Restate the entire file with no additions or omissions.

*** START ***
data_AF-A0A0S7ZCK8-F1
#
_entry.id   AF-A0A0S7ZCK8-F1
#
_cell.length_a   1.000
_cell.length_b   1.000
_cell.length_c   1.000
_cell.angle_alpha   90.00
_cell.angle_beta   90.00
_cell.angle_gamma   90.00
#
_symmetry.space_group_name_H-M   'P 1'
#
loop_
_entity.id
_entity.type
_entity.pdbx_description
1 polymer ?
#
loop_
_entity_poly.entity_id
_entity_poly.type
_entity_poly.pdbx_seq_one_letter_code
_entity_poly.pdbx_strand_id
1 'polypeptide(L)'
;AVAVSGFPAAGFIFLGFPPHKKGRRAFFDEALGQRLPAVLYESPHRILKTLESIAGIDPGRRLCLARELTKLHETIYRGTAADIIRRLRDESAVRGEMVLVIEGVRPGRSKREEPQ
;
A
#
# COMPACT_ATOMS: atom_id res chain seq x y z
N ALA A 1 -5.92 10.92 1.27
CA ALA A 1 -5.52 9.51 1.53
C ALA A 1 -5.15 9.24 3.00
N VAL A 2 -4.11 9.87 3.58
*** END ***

data_AF-A0A0S7ZCK8-F1
#
_entry.id   AF-A0A0S7ZCK8-F1
#
_cell.length_a   1.000
_cell.length_b   1.000
_cell.length_c   1.000
_cell.angle_alpha   90.00
_cell.angle_beta   90.00
_cell.angle_gamma   90.00
#
_symmetry.space_group_name_H-M   'P 1'
#
loop_
_entity.id
_entity.type
_entity.pdbx_description
1 polymer ?
#
loop_
_entity_poly.entity_id
_entity_poly.type
_entity_poly.pdbx_seq_one_letter_code
_entity_poly.pdbx_strand_id
1 'polypeptide(L)'
;AVAVSGFPAAGFIFLGFPPHKKGRRAFFDEALGQRLPAVLYESPHRILKTLESIAGIDPGRRLCLARELTKLHETIYRGTAADIIRRLRDESAVRGEMVLVIEGVRPGRSKREEPQ
;
A
#
# COMPACT_ATOMS: atom_id res chain seq x y z
N ALA A 1 -5.92 10.92 1.27
CA ALA A 1 -5.52 9.51 1.53
C ALA A 1 -5.15 9.24 3.00
N VAL A 2 -4.11 9.87 3.58